M: What’s the difference?

F: The biggest difference is that it is a repetitive process.

M: Groove-based.

F: Completely groove-based, and very joyful. A lot of fun.

M: You’re not contrasting that with eurhythmics, in terms of joy, are you?

F: No, no. Eurhythmics was very often joyful and fun, too. In eurhythmics, there is much more variety of movement and you have contact with others. You change partners. How will I do this exercise with this person?

M: It’s very inter-personal.

F: Yes, and TaKeTiNa is not. Or I should say was not. Reinhard Flatischler has also learned something over the last 40 years and he has adapted some exercises, but basically it was not inter-personal. It was individuals working on themselves in a group. And while we were doing TaKeTiNa I realized, “Wow! I’m doing polyrhythms with my whole body.” I had already studied for 3 years at the Conservatory and nobody gave me the key to experience that. How is that possible? There was a wonderful drum teacher who used the Orff instruments. We performed many pieces, but to do two and three with my body and to sing at the same time, to lose contact with the drum or the singing and to find my way back to it, that was incredible! There was another path. Completely effective and connected to African and Asian culture, the old drum and dance cultures such as India, which uses polyrhythms and teaches through language and syllables rather than through notation.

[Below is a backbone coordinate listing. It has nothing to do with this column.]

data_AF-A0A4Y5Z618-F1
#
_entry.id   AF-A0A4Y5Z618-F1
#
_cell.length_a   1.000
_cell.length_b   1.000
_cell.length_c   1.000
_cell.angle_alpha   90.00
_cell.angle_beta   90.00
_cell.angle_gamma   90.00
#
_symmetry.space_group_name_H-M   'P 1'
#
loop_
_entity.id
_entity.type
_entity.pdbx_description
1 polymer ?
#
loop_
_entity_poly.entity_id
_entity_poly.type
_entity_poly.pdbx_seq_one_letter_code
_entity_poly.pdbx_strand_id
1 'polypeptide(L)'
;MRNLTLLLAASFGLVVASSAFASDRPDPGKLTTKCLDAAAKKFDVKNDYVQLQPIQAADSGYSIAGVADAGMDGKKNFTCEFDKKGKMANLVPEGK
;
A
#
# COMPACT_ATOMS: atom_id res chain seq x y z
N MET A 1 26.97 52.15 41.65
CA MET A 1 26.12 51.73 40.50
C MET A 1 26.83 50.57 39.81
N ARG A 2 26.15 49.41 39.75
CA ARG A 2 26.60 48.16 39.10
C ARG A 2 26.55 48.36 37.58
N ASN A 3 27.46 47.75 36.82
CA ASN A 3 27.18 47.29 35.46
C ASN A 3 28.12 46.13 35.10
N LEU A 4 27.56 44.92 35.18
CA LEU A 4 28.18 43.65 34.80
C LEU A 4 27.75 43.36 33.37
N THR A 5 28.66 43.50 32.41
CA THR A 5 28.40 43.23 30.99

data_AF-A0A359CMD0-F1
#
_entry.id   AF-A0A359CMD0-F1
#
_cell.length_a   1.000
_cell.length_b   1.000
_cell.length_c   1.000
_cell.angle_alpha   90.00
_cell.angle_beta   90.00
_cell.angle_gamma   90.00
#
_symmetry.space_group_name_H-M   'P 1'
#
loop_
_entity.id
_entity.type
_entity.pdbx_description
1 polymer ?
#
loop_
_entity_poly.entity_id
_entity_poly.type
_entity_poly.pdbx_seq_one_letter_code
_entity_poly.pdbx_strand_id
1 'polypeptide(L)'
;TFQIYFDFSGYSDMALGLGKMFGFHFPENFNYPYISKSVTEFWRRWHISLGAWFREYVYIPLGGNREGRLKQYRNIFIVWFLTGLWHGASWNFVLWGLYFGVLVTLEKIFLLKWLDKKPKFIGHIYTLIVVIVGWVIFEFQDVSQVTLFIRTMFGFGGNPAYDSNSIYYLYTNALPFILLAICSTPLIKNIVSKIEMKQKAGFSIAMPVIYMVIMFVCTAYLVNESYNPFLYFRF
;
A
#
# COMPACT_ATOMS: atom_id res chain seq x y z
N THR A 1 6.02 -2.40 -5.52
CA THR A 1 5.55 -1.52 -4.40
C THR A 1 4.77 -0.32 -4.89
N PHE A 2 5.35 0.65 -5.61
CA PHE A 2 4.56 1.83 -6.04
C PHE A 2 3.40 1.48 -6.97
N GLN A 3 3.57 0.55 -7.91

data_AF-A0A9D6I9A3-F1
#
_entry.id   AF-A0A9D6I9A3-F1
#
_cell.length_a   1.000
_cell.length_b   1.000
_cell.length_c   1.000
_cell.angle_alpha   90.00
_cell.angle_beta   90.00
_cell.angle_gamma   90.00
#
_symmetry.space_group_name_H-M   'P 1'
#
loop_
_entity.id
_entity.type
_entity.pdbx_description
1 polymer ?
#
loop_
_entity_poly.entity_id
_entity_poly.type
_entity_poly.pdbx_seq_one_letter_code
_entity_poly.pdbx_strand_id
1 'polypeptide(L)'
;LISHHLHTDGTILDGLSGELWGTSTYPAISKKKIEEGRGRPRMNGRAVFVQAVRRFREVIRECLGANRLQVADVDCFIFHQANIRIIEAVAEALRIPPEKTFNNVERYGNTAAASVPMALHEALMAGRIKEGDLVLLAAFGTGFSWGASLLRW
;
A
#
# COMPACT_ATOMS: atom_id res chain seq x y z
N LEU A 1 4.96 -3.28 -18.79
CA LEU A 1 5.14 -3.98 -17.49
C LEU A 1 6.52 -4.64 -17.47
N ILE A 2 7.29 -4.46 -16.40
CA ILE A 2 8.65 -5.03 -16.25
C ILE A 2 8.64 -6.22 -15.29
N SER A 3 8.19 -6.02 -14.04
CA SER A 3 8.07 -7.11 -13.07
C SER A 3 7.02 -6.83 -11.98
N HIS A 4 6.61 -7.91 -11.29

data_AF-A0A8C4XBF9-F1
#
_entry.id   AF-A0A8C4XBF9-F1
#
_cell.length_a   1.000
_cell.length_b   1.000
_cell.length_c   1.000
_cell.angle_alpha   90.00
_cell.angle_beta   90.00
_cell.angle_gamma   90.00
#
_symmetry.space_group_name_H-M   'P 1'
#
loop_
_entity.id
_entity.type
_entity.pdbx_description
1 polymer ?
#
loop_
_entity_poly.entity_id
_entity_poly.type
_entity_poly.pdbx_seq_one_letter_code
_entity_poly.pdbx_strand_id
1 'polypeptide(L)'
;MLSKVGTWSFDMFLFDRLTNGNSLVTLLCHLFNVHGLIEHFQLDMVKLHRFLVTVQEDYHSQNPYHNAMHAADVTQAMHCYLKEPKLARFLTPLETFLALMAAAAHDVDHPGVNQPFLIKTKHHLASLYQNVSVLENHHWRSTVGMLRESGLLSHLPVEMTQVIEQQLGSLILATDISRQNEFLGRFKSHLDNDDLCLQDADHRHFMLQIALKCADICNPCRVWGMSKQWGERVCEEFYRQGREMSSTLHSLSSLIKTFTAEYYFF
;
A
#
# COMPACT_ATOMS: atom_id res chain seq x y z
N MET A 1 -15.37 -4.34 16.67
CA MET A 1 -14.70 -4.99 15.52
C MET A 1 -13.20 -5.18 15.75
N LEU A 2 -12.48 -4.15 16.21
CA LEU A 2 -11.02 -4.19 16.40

M: Some believe that Jaques-Dalcroze picked that up when he went to Algeria as a young man.

F: Could be.

M: But the idea was expressed in a different way through him. It isn’t groove-based. The music is constantly moving forward. It’s going somewhere.